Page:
‘Big difference’ in GCSE results across East Sussex

East Sussex County Council. SUS-150923-132751001
East Sussex County Council. SUS-150923-132751001

The gap between the best and worst performing secondary schools in East Sussex was discussed by councillors on Tuesday.

East Sussex County Council’s Cabinet heard that while grades improved overall in 2015 there was still a ‘big difference’ in the percentage of students gaining five GCSE grades between A* and C across the county.

Councillors also expressed concern about the amount of power they had as a local authority to directly improve poor performance.

County councillor Kim Forward said that provisional results showed that in East Sussex 13 secondary schools’ results had gone down and 13 had gone up.

She said: “There’s a big difference across the county with the highest achieving school having 73 per cent of students achieving five A*-Cs and the lowest performing school only having 32 per cent of students reaching that benchmark.”

Meanwhile six schools had figures lower than 40 per cent.

She asked: “What else do we need to be doing to support and challenge our schools and our academies?”

Nick Bennett, ESCC’s lead member for learning and school effectiveness, said he shared her ‘disappointment’ at some of the results.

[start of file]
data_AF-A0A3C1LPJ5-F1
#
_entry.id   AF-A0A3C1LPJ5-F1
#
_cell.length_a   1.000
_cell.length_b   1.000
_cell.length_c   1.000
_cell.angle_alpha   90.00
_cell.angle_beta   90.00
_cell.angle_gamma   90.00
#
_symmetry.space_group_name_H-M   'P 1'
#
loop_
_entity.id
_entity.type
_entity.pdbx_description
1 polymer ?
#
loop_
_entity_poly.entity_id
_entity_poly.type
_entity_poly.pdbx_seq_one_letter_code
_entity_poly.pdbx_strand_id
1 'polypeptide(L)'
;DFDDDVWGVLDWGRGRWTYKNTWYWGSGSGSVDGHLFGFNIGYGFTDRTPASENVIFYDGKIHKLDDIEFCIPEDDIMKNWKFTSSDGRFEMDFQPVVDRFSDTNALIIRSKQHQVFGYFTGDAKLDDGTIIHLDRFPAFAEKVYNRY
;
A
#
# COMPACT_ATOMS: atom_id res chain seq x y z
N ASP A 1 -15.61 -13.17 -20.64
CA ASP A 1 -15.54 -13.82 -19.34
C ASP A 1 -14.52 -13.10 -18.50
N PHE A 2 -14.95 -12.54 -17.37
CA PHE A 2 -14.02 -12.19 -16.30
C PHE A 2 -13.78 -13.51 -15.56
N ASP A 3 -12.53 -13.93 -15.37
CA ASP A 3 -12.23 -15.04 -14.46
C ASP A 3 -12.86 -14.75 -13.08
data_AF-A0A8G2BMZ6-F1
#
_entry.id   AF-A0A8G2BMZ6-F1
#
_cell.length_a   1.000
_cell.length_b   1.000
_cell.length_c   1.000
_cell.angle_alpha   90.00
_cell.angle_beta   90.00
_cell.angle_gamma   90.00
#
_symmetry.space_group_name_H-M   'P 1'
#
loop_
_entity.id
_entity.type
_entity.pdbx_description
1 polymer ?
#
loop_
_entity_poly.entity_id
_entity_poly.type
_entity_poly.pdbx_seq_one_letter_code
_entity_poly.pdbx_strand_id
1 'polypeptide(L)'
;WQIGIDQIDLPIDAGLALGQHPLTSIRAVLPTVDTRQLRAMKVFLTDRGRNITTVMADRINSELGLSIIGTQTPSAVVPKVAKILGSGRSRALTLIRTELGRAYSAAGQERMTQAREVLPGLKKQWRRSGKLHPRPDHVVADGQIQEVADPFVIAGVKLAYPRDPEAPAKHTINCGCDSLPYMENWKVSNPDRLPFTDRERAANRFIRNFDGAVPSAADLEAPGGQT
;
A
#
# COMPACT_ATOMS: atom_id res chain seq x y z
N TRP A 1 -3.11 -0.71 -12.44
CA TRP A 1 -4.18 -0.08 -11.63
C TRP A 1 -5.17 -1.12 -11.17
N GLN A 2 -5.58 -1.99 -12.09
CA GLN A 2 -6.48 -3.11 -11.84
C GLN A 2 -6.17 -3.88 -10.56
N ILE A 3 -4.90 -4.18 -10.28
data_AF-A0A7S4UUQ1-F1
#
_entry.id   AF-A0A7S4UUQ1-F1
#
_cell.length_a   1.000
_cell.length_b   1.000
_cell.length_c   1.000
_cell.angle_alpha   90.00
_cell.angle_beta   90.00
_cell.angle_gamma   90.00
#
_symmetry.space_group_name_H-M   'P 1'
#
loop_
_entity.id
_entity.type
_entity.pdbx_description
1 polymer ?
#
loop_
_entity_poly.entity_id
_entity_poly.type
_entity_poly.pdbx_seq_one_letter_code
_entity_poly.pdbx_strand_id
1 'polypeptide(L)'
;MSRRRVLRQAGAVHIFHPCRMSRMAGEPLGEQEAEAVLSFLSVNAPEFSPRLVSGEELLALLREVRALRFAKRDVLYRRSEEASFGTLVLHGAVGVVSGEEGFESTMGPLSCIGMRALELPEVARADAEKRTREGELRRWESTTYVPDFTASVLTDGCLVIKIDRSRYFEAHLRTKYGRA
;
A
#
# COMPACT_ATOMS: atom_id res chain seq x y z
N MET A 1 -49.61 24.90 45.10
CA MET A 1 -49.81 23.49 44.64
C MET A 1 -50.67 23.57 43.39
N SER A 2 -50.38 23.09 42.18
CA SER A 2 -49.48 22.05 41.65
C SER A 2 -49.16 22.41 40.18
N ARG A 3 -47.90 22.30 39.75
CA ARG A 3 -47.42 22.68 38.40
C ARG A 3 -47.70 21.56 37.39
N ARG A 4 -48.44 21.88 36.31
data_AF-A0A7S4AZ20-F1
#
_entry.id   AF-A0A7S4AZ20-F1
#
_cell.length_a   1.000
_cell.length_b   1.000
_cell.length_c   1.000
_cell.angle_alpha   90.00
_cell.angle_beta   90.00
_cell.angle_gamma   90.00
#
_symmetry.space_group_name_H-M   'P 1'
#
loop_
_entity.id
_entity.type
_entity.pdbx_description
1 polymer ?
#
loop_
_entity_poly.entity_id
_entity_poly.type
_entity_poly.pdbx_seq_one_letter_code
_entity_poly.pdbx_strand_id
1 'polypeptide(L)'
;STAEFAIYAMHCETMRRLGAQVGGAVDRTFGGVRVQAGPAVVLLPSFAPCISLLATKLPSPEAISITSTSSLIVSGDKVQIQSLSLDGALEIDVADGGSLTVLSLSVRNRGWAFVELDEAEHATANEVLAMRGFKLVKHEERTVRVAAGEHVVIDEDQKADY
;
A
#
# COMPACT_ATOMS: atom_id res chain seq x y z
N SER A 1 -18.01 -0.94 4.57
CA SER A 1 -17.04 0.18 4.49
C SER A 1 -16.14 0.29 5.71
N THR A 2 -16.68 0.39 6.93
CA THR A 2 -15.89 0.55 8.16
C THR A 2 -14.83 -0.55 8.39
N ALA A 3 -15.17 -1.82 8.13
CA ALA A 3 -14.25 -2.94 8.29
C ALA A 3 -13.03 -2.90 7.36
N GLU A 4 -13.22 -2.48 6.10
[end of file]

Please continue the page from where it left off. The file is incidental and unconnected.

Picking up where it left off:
But he added: “Overall the picture looks better than it did last year. It’s a good news story for the county but I share Councillor Forward’s frustration.”

Francis Whetstone felt they ‘had the responsibility without the power’ when it came to education and added: “I do not think the academies present a huge threat, I think they are an opportunity.”

Roy Galley agreed, and said: “We are responsible for performance without any direct means to influence that.”

He asked if they could lobby the Government to ‘either give us the power or take away the responsibility’.

Meanwhile John Barnes added: “I’m not sure the point is taken by the education teaching profession that schools actually can make a real difference.

“There is a danger in the education profession of using deprivation or other social factors as an alibi for poor performance.”

Stuart Gallimore, director of children’s services, explained that there were risks involved in the ‘fragmentation’ of the way schools were governed and they had to manage that in ‘the most appropriate way’.

The county council had written to the regional schools commissioner asking what action he was intending to take with academy chains about their level of performance, and in the case of converter academies whether their performance would lead to them being brought into an academy chain or not.

Mr Gallimore said they were also having ‘robust conversations’ with the two worst performing community schools and added: “The starting point is working with all providers to get the best possible outcomes for all the children in this authority.”

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